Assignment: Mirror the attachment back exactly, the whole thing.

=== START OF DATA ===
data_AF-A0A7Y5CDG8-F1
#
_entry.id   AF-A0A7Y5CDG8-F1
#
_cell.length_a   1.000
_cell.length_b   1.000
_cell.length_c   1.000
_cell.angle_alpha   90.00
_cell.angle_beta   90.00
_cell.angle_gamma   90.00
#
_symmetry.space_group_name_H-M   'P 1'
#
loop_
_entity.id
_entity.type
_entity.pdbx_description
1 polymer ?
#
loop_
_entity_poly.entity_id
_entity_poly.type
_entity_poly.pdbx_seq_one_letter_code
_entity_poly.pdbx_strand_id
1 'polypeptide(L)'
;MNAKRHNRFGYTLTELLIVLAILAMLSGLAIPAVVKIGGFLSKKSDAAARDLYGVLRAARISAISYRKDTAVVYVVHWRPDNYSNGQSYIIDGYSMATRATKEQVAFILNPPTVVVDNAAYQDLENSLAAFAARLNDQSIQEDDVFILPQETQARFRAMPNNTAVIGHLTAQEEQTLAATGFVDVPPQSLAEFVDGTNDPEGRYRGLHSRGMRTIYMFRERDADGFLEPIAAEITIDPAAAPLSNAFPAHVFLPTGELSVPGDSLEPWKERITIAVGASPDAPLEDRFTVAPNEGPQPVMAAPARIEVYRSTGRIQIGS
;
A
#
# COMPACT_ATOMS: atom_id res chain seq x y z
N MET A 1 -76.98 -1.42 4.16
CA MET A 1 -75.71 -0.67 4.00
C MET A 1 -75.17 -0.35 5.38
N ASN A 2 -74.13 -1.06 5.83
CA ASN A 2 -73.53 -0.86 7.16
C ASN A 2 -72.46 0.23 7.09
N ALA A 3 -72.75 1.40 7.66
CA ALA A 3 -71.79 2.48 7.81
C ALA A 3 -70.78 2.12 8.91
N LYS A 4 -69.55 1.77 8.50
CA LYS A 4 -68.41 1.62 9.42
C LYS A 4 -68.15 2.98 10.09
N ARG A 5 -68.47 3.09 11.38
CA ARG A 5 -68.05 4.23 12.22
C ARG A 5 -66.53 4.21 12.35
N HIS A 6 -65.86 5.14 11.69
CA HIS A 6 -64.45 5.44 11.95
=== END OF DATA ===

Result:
data_AF-A0A7Y5CDG8-F1
#
_entry.id   AF-A0A7Y5CDG8-F1
#
_cell.length_a   1.000
_cell.length_b   1.000
_cell.length_c   1.000
_cell.angle_alpha   90.00
_cell.angle_beta   90.00
_cell.angle_gamma   90.00
#
_symmetry.space_group_name_H-M   'P 1'
#
loop_
_entity.id
_entity.type
_entity.pdbx_description
1 polymer ?
#
loop_
_entity_poly.entity_id
_entity_poly.type
_entity_poly.pdbx_seq_one_letter_code
_entity_poly.pdbx_strand_id
1 'polypeptide(L)'
;MNAKRHNRFGYTLTELLIVLAILAMLSGLAIPAVVKIGGFLSKKSDAAARDLYGVLRAARISAISYRKDTAVVYVVHWRPDNYSNGQSYIIDGYSMATRATKEQVAFILNPPTVVVDNAAYQDLENSLAAFAARLNDQSIQEDDVFILPQETQARFRAMPNNTAVIGHLTAQEEQTLAATGFVDVPPQSLAEFVDGTNDPEGRYRGLHSRGMRTIYMFRERDADGFLEPIAAEITIDPAAAPLSNAFPAHVFLPTGELSVPGDSLEPWKERITIAVGASPDAPLEDRFTVAPNEGPQPVMAAPARIEVYRSTGRIQIGS
;
A
#
# COMPACT_ATOMS: atom_id res chain seq x y z
N MET A 1 -76.98 -1.42 4.16
CA MET A 1 -75.71 -0.67 4.00
C MET A 1 -75.17 -0.35 5.38
N ASN A 2 -74.13 -1.06 5.83
CA ASN A 2 -73.53 -0.86 7.16
C ASN A 2 -72.46 0.23 7.09
N ALA A 3 -72.75 1.40 7.66
CA ALA A 3 -71.79 2.48 7.81
C ALA A 3 -70.78 2.12 8.91
N LYS A 4 -69.55 1.77 8.50
CA LYS A 4 -68.41 1.62 9.42
C LYS A 4 -68.15 2.98 10.09
N ARG A 5 -68.47 3.09 11.38
CA ARG A 5 -68.05 4.23 12.22
C ARG A 5 -66.53 4.21 12.35
N HIS A 6 -65.86 5.14 11.69
CA HIS A 6 -64.45 5.44 11.95